On their part, medics can find a way of overcoming any medicolegal concerns around giving ultrasound images to patients and consider issuing ultrasound images to pregnant mothers during standard prenatal ultrasounds. This could help curb the nonmedical and unhealthy use of these devices.(1)

REFERENCES

1. American Institute of Ultrasound in Medicine. Prudent Use and Safety of Diagnostic Ultrasound in Pregnancy.
2. Torloni, M.R., Vedmedovska, N., Merialdi, M., Betrán, A.P., Allen, T., González, R. and Platt, L.D. (2009), Safety of ultrasonography in pregnancy: WHO systematic review of the literature and meta-analysis. Ultrasound Obstet Gynecol, 33: 599-608.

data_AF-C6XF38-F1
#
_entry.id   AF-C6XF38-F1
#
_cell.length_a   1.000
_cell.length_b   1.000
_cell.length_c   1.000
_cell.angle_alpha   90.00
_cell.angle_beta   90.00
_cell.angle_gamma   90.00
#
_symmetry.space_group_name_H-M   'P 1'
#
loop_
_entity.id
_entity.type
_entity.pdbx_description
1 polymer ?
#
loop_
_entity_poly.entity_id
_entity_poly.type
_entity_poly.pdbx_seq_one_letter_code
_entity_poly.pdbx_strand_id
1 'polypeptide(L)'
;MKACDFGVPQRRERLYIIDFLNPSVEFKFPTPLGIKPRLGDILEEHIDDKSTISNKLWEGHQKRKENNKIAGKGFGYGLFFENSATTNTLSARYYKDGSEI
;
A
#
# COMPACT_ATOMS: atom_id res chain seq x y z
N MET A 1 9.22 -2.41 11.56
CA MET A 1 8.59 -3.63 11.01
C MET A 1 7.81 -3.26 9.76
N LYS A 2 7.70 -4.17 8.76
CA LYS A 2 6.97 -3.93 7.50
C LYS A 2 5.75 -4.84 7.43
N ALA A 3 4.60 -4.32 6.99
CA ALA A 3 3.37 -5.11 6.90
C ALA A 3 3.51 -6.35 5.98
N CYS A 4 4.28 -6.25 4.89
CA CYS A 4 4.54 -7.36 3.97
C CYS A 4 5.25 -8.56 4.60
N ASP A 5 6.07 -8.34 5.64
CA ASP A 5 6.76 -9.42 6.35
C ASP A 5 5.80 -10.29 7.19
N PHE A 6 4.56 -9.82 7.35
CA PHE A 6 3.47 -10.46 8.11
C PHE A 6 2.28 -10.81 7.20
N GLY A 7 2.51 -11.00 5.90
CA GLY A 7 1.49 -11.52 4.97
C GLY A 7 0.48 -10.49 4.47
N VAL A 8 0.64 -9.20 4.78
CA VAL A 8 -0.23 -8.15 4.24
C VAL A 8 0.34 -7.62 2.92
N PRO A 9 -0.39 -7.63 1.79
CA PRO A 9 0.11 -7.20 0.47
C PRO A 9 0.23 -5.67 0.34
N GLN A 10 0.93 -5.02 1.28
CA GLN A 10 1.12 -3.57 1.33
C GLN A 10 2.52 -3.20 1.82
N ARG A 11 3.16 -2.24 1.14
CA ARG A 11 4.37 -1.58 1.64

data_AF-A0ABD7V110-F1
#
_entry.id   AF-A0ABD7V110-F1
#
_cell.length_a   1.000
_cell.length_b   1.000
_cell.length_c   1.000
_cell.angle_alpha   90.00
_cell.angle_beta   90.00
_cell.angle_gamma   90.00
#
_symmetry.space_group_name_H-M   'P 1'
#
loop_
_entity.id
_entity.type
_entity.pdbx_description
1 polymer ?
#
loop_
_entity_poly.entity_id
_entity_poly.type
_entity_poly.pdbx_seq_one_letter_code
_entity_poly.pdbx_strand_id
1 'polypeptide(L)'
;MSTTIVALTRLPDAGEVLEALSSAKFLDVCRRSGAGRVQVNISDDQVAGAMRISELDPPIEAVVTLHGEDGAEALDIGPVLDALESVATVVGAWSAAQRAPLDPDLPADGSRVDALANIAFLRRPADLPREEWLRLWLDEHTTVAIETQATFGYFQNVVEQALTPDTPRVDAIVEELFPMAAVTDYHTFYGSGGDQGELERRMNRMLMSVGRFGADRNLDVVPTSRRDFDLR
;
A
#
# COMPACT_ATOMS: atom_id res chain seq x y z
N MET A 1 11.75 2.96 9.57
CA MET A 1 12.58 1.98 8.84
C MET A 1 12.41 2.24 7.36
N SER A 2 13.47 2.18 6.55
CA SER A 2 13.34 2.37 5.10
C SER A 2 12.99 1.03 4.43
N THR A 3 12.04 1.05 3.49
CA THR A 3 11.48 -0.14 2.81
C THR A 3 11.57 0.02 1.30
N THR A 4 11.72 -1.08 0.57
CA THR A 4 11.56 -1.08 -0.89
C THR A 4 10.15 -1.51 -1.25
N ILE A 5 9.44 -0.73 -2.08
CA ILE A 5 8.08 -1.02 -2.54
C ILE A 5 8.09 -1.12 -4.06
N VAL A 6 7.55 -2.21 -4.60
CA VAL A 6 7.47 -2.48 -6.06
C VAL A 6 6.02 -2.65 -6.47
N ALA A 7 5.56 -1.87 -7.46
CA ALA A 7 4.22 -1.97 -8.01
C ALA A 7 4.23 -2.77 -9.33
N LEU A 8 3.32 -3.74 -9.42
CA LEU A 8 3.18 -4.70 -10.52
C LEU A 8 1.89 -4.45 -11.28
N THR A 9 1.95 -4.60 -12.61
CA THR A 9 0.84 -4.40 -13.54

3. FDA. Ultrasound Imaging.
4. Alnuaimi SA, Jimaa S, Khandoker AH. Fetal Cardiac Doppler Signal Processing Techniques: Challenges and Future Research Directions. Front Bioeng Biotechnol. 2017 Dec 22;5:82. doi: 10.3389/fbioe.2017.00082. PMID: 29312932; PMCID: PMC5743703.
5. Dynin, M., Borhart, J. (2019). What Are the Risks of Doppler Ultrasound in Pregnancy?. In: Graham, A., Carlberg, D.J. (eds) Gastrointestinal Emergencies. Springer, Cham.
Article by
Charles M. Carlsen
Hello! I'm Charles, As co-founder of Drsono, I contribute to the DRSONO blog, providing valuable insights and up-to-date information on ultrasound technology and diagnostic imaging.